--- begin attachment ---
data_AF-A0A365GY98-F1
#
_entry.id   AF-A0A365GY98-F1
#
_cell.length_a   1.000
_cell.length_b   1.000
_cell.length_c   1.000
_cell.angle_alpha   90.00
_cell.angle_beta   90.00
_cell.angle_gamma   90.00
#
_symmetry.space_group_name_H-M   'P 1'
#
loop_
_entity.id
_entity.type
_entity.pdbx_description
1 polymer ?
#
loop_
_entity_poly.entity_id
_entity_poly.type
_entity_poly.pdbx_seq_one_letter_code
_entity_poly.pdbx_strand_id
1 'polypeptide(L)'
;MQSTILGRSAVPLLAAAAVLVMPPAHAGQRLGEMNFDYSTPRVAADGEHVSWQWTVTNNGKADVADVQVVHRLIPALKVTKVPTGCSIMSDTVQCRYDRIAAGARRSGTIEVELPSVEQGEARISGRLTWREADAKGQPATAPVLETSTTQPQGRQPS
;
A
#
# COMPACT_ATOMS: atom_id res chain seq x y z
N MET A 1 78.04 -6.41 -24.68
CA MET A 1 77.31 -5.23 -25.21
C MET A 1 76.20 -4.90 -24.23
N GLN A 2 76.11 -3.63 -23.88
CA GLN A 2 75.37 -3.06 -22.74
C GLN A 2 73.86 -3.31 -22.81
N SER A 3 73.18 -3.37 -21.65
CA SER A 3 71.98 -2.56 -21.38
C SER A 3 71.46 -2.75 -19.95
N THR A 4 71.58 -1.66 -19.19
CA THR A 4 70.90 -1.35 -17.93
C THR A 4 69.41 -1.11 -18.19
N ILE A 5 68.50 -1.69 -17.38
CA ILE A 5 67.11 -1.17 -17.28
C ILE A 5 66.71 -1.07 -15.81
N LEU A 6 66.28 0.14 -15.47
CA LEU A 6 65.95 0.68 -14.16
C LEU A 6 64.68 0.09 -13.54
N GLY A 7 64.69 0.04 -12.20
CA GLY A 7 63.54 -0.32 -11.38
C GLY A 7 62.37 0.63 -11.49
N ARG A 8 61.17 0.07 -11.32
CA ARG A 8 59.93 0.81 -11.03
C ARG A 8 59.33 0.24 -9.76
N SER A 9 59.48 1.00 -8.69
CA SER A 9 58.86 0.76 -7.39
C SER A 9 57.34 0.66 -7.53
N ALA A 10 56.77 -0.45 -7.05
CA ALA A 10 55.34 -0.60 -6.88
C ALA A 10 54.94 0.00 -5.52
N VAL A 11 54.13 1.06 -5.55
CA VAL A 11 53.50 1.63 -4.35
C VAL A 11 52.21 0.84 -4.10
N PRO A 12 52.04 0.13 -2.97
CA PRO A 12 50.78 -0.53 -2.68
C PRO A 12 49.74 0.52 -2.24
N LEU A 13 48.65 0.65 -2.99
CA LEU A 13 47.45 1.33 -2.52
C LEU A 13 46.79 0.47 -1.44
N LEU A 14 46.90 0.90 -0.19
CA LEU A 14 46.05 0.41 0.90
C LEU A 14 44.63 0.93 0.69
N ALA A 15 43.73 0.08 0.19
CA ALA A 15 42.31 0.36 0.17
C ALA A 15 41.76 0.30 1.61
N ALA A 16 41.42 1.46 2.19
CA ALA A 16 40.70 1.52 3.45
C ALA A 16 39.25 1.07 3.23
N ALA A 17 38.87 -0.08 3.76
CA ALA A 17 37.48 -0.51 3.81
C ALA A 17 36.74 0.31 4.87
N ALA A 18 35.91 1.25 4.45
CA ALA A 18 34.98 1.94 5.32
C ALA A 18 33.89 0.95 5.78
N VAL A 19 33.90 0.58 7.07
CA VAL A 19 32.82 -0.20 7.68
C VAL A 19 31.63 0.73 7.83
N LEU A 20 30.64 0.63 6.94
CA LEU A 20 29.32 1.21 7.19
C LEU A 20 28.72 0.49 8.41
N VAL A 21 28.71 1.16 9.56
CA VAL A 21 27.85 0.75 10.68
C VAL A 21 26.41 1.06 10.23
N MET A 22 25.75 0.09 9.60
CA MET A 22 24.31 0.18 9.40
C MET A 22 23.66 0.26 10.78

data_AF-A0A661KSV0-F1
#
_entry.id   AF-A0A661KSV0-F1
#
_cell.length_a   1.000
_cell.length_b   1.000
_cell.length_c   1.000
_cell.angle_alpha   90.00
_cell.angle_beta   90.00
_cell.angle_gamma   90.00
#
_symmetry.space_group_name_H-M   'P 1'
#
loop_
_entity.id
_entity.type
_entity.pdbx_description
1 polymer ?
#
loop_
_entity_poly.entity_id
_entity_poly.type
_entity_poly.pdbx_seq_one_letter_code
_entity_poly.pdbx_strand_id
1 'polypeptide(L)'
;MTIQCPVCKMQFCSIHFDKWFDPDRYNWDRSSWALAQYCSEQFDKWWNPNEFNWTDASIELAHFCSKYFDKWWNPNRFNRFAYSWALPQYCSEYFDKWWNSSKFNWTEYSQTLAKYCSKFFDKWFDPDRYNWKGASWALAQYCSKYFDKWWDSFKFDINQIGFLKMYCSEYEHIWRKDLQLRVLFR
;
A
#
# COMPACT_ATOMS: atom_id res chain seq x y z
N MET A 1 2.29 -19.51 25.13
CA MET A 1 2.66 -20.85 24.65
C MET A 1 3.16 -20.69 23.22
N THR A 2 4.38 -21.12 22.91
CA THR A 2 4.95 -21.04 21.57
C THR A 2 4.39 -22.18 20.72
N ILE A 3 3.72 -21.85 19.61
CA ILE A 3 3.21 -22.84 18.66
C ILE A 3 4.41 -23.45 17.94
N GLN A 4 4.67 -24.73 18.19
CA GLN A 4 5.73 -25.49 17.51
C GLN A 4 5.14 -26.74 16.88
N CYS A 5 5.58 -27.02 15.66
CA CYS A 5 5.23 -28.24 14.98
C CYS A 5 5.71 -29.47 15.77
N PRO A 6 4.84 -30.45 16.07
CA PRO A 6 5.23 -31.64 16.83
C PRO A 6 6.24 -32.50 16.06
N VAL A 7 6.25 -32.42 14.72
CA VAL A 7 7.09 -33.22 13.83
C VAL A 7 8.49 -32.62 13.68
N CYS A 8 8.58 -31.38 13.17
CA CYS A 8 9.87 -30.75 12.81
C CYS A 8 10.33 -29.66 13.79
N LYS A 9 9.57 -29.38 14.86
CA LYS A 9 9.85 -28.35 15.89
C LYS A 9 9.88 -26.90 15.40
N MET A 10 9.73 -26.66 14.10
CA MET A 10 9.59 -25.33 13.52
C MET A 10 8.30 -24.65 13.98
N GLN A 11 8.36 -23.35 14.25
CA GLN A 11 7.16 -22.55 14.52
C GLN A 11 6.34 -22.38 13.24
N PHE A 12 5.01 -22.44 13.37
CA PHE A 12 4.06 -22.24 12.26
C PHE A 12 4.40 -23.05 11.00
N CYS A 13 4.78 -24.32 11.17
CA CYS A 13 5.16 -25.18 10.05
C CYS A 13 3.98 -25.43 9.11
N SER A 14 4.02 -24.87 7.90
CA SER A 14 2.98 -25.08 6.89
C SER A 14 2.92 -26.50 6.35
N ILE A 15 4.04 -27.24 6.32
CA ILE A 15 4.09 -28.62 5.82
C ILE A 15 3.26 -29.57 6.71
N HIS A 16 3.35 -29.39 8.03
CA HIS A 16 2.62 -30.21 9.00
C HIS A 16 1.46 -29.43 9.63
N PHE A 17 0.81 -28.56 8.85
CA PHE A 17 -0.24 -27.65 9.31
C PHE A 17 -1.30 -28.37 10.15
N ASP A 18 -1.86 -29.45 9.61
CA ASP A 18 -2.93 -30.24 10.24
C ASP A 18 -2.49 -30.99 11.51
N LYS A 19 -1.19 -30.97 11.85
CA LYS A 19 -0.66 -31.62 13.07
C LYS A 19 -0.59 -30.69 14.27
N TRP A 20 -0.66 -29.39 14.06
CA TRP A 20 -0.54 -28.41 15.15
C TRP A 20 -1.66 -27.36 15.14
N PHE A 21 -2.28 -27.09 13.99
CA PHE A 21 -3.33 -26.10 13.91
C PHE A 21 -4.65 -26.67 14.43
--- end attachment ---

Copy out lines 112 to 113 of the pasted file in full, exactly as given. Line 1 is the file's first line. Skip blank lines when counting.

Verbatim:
_entity.type
_entity.pdbx_description